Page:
Despite all of the bad news, I never felt luckier. I live and work in Fort Collins, Colorado, the home to one of the world’s premier veterinary schools, as well as one of the world’s best pet cancer centers. If there was an ideal place to be to handle a rare cancer diagnosis during a global pandemic, it was here. It was literally RIGHT HERE. The serendipity of it all still blows my mind.

Our first appointment at Flint Animal Cancer Center probably looked different from most. For one, I never left the car. I met Mokey’s doctor in a sweltering, mid-summer parking lot. I watched every other pet parent park, call, and wait for a vet tech to come out and retrieve their animal. Everything was weird, compounded by the weirdness of consulting with an animal oncologist from my car. You never think it’ll be you, after all.

Once Mokey had been seen, and his lab results looked over, his oncologist recommended Mokey go through five rounds of intravenous chemotherapy, each with a three-week break in between. So this was how we’d spend our summer and fall. OK.

Mokey’s first chemo appointment came with a steep learning curve. While the chemo infusion itself only took 30 minutes, he’d need to spend nearly the entire day at Flint. I dropped him off in the morning, already partially sedated, and he’d end up getting sedated further, get his blood taken to check kidney levels, and then spend time waiting for his turn in the chemo room. After chemo, he’d be monitored and given time to come out of sedation. When all was said and done, it was late afternoon, and Mokey was over it. Through it all, I don’t think he was the worst cat they’ve seen, but I’m sure he wasn’t a treat to have around, either. How the vet techs handled him without a reinforced steel space suit is still beyond my imagination.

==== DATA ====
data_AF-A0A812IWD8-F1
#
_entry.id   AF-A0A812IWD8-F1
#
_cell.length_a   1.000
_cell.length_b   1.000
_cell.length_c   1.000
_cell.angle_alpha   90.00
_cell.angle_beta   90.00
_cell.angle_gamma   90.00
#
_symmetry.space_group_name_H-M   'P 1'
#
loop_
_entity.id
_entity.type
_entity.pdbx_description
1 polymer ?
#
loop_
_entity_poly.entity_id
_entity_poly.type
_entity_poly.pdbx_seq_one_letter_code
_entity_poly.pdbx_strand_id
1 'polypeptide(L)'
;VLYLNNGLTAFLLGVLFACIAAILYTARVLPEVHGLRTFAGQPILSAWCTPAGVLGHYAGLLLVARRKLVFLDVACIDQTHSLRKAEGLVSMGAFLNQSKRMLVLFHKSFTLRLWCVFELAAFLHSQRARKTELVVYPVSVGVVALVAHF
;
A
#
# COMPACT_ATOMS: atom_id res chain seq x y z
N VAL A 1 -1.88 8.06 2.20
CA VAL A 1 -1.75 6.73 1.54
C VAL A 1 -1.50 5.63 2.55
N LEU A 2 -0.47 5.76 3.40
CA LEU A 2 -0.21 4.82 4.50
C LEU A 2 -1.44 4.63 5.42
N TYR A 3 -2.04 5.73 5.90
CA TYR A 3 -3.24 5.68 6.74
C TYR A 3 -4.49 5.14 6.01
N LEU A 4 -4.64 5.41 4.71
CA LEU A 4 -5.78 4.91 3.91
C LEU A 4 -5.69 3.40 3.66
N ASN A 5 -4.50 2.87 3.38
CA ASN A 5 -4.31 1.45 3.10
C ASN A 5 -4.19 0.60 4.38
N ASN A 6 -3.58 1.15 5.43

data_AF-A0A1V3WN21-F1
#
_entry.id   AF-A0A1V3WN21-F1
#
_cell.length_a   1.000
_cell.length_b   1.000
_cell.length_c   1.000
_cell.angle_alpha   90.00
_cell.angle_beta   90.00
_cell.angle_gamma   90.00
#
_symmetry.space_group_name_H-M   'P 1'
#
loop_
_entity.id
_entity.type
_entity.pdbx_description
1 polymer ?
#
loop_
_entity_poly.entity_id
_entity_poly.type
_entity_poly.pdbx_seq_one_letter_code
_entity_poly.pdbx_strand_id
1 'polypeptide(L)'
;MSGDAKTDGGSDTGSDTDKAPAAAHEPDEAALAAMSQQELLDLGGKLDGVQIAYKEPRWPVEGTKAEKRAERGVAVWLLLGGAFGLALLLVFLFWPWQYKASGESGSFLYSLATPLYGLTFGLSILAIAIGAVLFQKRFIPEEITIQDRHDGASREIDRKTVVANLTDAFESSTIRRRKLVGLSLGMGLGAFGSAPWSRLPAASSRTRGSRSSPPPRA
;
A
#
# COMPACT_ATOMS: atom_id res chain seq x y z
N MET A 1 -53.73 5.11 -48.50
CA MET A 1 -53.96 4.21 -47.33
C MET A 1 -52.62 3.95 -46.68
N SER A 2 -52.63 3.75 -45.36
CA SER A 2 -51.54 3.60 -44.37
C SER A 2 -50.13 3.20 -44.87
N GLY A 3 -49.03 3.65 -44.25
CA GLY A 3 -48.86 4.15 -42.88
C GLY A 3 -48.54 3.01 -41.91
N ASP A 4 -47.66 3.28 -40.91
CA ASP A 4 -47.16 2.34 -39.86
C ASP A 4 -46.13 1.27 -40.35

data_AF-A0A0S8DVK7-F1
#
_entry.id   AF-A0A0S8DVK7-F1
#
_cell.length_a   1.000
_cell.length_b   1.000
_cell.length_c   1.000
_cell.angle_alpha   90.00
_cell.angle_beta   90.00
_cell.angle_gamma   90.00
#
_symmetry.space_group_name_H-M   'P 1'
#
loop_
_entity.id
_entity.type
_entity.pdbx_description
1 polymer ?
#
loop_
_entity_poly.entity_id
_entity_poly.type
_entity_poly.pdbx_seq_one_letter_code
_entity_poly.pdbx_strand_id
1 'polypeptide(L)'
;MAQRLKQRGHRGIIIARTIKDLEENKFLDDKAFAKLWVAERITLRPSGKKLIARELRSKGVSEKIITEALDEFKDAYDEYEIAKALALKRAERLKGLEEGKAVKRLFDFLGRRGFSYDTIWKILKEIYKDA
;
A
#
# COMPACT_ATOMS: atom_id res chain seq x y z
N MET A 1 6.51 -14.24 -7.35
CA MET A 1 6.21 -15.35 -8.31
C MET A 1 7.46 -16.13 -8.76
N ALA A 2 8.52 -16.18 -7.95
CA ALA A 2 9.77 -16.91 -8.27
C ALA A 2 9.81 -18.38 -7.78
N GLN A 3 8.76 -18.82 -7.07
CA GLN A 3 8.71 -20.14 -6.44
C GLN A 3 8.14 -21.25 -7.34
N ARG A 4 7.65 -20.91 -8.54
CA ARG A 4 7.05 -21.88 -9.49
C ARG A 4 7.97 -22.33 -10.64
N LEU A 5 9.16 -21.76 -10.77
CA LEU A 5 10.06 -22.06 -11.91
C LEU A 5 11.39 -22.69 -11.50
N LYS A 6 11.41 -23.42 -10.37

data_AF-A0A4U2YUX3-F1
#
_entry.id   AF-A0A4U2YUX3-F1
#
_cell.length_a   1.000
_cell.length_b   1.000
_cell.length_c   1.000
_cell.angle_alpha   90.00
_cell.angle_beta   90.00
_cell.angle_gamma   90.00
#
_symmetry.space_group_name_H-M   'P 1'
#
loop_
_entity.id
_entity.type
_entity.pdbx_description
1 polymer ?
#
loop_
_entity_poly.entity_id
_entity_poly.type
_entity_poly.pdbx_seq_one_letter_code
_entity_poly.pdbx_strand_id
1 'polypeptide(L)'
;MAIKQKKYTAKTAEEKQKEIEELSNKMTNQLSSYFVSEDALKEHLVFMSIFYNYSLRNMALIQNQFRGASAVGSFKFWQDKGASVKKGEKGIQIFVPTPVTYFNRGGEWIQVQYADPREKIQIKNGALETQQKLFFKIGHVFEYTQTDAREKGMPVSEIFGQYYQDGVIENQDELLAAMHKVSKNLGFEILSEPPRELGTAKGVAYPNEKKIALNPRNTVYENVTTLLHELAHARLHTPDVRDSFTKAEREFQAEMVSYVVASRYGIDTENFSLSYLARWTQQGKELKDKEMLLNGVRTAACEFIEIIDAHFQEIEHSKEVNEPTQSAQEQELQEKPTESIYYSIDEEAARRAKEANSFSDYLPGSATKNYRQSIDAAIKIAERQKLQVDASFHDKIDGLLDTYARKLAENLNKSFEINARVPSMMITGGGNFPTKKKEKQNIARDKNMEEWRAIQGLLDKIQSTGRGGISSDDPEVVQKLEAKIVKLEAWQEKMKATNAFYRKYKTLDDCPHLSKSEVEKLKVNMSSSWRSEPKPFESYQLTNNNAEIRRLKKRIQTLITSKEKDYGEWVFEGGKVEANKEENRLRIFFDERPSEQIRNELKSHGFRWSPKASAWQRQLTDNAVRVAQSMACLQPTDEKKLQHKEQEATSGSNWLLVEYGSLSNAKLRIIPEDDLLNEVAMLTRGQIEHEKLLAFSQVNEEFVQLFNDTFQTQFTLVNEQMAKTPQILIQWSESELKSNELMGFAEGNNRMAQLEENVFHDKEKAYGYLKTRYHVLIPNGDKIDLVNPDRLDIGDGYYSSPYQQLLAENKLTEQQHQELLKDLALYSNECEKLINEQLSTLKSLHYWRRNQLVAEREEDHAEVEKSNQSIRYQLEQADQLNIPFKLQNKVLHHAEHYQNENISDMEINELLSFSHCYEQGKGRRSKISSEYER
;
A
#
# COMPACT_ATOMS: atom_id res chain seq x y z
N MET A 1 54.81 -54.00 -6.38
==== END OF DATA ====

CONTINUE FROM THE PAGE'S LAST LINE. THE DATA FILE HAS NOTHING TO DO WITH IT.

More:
Mokey’s final round of chemo was September 8, 2020, and I’m thrilled to report that his recent ultrasound and x-rays came back without recurrence of the cancer. I’ve learned, however, that you never really know if it’ll come back or not. It’s not like the movies — you don’t get a stamp that says “cancer-free forever” on your file. You remove what you can in surgeries, you treat the presence of microscopic cancer cells through chemotherapy or radiation (or both), and you get scans often to try to see if — or when — it’ll come back.

Today we have clean scans and a few months of normal. Mokey is gaining some weight back, has an appetite again, and seems back to himself, if not just a tad sleepier and slower. We go back to Flint in January to get new scans, and we don’t waste a single moment we get together from here on out.

My advice to pet parents dealing with a new diagnosis: Cherish your pet’s good days, give them the whole can of wet food, let them sleep on the bed. Beyond that, I’d recommend asking every question you have and get familiar with the vet techs at Flint because they deserve actual medals for what they do. Also, check your animal often for new lumps, bumps, and lesions, and be vigilant about watching their food/water intake, as well as noting changes in sleeping habits and behavior. If you’ve got Flint on your side, you’ve got a great chance of coming out on the winning end just like we did.